Ovarian torsion

Revision as of 10:37, 6 November 2015 by Ostermayer (talk | contribs) (Treatment)

Background

  • Ovarian torsion is the rotation of the ovary and portion of the fallopian tube on the supplying vascular pedicle. It is also referred to as adnexal torsion and tubo-ovarian torsion.
  • Occurs in females of all ages (most common in reproductive age women)
  • Ovarian cysts (usually > 4cm) and neoplasms account for 94% of cases in adults.[1] However in children they are only less common in children.
  • In children hypermobility of the ovary many be the primary cause of torsion.

Pathophysiology

Torsion occurs from either of the two causes:

  1. Hypermobility of the ovary
  2. Adnexal mass
  • Cysts greater than 4cm more likely to torse[2]
  • Absence of ovarian Doppler flow is highly specific for torsion, but normal Doppler flow does not completely exclude torsion

Clinical Features

  • Nausea/vomiting (70%)
  • Sudden and sharp pain in the lower abdomen (59%)
    • can be intermittent
  • Fever (<2%)

Differential Diagnosis

RLQ Pain

LLQ Pain

Diagnosis

Although the gold standard is direct visualization in the operating room ultrasound is generally the first diagnostic test performed. The ovary can torse intermittently so high clinical suspicion is need, especially in the setting of a negative ultrasound.

Ultrasound

Findings suggestive of torsion may include:

  • Diminished or absent blood flow in the ovarian vessels[3]
  • Ovarian mass > 2.5-3 cm
  • Whirlpool sign of twisted vascular pedicle[3]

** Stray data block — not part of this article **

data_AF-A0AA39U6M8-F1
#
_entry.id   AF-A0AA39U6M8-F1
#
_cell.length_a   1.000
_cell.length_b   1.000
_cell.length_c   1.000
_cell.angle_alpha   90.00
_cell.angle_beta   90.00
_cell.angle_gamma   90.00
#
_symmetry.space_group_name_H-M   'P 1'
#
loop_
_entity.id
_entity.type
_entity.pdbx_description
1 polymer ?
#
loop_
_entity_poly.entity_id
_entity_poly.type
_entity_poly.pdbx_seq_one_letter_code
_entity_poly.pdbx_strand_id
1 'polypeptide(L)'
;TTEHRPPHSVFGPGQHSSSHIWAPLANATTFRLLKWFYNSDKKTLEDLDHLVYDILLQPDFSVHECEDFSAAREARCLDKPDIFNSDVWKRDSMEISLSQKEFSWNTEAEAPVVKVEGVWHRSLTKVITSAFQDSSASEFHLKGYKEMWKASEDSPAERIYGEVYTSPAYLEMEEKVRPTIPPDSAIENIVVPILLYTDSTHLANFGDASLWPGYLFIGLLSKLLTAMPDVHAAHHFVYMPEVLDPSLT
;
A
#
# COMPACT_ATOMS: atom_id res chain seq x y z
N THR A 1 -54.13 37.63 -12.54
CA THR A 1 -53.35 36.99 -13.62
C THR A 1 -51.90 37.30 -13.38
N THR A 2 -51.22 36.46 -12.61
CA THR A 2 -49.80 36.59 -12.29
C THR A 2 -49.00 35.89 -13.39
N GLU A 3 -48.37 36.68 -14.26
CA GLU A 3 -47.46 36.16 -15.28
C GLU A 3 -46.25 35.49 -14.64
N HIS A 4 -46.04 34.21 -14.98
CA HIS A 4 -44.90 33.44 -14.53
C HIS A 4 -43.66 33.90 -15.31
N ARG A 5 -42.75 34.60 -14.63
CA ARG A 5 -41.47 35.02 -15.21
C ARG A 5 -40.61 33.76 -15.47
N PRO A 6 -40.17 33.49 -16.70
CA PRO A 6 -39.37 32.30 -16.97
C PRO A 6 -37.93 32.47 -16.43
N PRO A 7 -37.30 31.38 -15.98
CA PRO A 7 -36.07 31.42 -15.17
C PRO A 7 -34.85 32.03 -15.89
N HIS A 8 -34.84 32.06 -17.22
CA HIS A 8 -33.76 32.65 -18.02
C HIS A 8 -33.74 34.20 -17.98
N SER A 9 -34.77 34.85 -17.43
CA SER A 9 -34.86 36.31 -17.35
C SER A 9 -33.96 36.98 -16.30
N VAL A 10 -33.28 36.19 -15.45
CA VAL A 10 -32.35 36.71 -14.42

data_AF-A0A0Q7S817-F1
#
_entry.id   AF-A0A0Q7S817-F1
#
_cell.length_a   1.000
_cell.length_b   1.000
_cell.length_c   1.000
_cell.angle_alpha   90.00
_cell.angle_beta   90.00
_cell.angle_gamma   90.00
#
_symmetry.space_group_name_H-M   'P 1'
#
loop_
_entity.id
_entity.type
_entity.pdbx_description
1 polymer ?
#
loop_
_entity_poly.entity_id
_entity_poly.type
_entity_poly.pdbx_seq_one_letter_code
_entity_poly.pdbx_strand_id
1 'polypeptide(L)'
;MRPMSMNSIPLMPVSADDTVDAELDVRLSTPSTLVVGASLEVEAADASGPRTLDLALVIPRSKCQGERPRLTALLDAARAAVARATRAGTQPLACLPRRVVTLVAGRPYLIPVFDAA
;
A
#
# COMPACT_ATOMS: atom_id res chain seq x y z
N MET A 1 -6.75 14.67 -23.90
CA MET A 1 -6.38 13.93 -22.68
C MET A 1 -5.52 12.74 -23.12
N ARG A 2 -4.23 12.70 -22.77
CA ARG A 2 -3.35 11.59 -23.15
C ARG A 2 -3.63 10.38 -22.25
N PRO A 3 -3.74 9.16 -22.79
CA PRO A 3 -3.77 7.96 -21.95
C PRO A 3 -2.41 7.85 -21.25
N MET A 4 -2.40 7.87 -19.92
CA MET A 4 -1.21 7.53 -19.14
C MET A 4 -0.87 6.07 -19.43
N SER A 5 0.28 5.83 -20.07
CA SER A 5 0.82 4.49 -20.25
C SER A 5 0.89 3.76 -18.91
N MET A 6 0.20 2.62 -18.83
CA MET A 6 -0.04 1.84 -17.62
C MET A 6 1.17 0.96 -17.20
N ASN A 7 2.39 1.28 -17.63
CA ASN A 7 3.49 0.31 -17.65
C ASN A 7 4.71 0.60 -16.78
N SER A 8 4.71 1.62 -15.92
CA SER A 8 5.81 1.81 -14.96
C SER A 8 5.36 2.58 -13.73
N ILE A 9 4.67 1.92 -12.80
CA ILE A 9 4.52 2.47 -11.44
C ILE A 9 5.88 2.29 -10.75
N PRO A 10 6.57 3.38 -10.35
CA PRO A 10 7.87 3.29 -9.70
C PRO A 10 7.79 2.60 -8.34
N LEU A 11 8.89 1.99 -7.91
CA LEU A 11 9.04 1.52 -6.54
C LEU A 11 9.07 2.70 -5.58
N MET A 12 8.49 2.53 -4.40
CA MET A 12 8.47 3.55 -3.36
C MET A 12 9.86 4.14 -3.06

• Enlarged ovarian volume
  • Loss of echogenicity
  • Peripherally displaced follicles with hyperechoic central stroma
  • Midline ovary
  • Pelvic free fluid
  • An infarcted ovary may have a more complex appearance with cystic or hemorrhagic degeneration

CT Abd/Pelvis

  • CT will not diagnose torsion
  • CT may be used to r/o other possible causes of lower abdominal pain; also exclude presence of pelvic mass

Treatment

  • Emergent OB/GYN consult in ED
  • Surgical detorsion is required to prevent ovarian necrosis. If the ovary become necrotic there is a high risk of infection.

See Also

References

  1. Amirbekian S et al. Ultrasound Evaluation of Pelvic Pain. Radiol. Clin. North Am. 2014;52 (6): 1215-1235
  2. M.L. Brandt et al. Surgical indications in antenatally diagnosed ovarian cysts J Pediatr Surg, 26 (1991), pp. 276–282
  3. 3.0 3.1 Lee EJ et-al. Diagnosis of ovarian torsion with color Doppler sonography: depiction of twisted vascular pedicle. J Ultrasound Med. 1998;17 (2): 83-9.